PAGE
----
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Relative Controls of Sea-Level and Climate on Coal Seam Composition and Thickness in the Westphalian C (Pennsylvanian/Upper Carboniferous) Four Corners Formation (Breathitt Group), Central Appalachian Basin, USA

Jerrett, Rhodri; Hodgson, David; Flint, Stephen S.; Davies, Roy

Peats preserved as coal seams retain records of ancient terrestrial water table (i.e. base level) fluctuations that are driven by changes in relative sea level and/or climatic change. These fluctuations are revealed by changes in the vertical petrological composition of the coal seams. The aim of this study is to establish the roles of relative sea level versus climate in controlling water table fluctuations within coal seams from the fluvio-deltaic Westphalian C (Bolsovian, Atokan) Four Corners Formation of the central Appalachian Basin, USA. This is achieved through comparison of (1) the thickness, (2) the bulk petrological composition and (3) within-seam vertical changes in the petrological composition of 10 coals in from the Four Corners Formation, with the record of accommodation change revealed by the intra-coal clastic strata. The results indicate that the coals' thickness and composition correlate readily with the accommodation setting of the fourth-order (c. 140-210 ky) depositional sequences in which they occur. Coals that accumulated in high-accommodation fourth-order sequences are thin, high in vitrinite, and overlain by, or intercalated with, marine and lacustrine sediments. The coals' microstratigraphy is simple, suggesting that the coals span (parts of) single high-frequency (fifth-order or greater) sequences. Coals that accumulated in low-accommodation fourth-order sequences are thick, high in inertinite, and overlain by or intercalated with terrestrial sediments. These coals have complex internal organisations typified by high-resolution compositional cyclicity and abrupt discontinuities of coal facies, representing periods of depositional hiatus. These coals likely span multiple high-frequency (fifth-order or greater) sequences. The correlations between the composition and thickness of the coals and the magnitude of associated marine transgression imply that relative sea level change was the principal control governing bulk accommodation in these mires landward of the paleoshoreline. It is not possible, however, to distinguish relative sea-level from climate as the control on water-table (base-level) change at higher orders of cyclicity. The results of this study provide considerable insight into the manner in which coal composition and stratigraphy at a single locality vary over time in response to changing accommodation, and provide a means to predict coal-seam quality in an established sequence stratigraphic framework.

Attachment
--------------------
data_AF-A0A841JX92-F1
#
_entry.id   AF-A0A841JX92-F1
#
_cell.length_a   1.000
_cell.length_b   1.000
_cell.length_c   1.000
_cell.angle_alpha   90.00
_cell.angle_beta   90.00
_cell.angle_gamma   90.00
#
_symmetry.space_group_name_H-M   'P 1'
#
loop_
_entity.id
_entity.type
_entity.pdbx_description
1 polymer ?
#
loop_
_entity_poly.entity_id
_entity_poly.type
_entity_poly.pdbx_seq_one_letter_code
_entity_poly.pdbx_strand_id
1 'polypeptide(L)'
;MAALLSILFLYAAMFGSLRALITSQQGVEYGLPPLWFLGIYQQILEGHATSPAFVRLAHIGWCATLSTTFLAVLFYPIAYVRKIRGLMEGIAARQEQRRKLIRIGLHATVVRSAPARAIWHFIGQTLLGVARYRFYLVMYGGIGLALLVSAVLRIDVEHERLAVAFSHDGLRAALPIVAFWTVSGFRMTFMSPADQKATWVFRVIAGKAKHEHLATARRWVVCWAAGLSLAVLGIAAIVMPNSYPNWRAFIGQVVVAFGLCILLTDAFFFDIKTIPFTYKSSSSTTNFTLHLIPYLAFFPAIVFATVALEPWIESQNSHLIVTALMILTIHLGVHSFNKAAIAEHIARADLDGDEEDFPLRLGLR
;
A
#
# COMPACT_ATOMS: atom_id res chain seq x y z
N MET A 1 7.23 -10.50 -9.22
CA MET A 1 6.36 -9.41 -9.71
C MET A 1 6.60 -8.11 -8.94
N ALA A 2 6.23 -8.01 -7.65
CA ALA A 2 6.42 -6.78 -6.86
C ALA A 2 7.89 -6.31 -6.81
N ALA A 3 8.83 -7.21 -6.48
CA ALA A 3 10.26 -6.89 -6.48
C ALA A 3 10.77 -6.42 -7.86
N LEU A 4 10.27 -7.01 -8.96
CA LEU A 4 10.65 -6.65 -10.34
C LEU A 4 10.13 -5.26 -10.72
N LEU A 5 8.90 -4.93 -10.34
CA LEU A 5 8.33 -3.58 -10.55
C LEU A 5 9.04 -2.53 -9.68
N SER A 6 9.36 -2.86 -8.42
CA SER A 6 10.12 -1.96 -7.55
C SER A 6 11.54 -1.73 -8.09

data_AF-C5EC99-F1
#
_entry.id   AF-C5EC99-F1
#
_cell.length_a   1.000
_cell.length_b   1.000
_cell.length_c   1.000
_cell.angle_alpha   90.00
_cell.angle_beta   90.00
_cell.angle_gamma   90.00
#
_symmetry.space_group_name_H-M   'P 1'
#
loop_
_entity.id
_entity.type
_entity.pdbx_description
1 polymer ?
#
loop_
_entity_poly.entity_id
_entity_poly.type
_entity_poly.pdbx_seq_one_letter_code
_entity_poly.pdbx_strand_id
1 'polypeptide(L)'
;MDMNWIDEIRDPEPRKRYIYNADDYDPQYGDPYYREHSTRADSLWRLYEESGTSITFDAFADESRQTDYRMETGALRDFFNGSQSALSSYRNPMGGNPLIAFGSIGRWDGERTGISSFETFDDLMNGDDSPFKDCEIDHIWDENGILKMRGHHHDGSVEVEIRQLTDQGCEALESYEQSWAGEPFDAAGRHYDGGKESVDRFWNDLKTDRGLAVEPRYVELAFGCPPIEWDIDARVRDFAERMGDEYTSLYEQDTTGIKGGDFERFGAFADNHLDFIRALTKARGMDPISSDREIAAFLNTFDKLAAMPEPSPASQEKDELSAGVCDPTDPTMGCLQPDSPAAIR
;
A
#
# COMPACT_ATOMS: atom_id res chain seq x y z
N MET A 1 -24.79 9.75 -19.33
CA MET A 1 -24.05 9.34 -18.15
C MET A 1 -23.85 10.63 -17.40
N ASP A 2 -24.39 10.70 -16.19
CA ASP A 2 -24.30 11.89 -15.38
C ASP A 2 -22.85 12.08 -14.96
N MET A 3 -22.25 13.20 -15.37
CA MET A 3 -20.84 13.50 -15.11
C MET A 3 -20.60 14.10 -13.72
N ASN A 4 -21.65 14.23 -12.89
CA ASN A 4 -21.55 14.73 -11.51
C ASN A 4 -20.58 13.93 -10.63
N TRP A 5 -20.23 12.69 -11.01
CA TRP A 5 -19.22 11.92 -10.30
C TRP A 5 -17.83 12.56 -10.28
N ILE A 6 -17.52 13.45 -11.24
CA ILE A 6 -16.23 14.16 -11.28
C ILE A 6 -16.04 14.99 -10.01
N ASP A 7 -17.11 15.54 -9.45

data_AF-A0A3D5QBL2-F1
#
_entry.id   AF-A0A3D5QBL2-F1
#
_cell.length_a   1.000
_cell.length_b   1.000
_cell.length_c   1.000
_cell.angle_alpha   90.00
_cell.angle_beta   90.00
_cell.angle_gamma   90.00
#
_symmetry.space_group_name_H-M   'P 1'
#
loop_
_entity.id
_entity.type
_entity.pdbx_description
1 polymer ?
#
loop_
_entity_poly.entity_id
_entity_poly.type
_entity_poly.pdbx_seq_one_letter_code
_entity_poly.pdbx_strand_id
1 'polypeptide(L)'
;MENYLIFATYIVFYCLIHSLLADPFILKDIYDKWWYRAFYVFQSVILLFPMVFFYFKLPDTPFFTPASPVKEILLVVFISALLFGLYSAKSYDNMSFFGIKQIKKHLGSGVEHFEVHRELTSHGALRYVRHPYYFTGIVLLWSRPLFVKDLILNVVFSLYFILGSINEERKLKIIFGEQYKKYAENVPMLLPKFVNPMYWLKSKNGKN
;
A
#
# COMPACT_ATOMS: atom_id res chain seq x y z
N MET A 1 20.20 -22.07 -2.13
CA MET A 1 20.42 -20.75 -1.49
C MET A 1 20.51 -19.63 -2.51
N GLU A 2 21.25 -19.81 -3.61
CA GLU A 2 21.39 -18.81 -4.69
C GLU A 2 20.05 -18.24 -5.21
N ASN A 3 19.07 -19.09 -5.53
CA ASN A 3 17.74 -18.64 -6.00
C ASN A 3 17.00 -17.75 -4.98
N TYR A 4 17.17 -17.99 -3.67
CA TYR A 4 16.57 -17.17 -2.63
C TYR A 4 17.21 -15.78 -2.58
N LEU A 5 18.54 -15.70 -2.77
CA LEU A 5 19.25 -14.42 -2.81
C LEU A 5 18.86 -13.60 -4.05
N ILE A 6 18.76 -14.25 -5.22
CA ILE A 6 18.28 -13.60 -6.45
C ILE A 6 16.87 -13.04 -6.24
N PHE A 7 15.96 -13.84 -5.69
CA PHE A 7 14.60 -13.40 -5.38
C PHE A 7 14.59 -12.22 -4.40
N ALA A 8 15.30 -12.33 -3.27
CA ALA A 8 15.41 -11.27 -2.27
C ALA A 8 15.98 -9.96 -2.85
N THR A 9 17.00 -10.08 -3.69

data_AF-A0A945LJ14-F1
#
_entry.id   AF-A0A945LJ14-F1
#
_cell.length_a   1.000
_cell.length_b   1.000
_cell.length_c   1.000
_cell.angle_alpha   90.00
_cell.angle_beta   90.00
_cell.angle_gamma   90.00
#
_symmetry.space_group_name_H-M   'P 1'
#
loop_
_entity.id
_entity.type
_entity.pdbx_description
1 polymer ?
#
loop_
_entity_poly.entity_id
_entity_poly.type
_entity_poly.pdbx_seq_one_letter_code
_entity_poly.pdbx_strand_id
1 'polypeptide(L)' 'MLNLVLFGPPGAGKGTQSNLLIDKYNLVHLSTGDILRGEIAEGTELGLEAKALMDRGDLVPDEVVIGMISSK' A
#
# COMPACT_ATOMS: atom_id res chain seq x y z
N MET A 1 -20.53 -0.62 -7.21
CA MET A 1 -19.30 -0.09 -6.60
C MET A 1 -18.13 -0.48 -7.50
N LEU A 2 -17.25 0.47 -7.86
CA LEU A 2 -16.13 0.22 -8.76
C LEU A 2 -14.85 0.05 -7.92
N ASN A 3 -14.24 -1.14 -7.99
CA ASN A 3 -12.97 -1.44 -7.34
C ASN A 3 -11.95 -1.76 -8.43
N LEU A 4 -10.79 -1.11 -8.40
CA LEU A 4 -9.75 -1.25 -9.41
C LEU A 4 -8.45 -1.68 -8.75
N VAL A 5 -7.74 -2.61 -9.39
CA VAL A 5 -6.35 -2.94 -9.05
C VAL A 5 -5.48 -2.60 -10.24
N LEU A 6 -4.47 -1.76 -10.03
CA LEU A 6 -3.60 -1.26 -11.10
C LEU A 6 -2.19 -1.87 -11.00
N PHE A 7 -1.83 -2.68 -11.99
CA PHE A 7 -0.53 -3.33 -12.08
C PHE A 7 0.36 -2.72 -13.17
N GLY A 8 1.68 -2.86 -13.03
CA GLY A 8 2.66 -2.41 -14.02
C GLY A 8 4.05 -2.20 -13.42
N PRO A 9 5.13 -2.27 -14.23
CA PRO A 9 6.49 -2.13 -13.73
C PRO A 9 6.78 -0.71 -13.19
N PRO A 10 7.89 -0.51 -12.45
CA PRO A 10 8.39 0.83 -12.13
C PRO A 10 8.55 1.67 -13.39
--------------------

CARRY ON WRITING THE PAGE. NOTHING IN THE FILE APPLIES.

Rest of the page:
AAPG Search and Discovery Article #90163©2013AAPG 2013 Annual Convention and Exhibition, Pittsburgh, Pennsylvania, May 19-22, 2013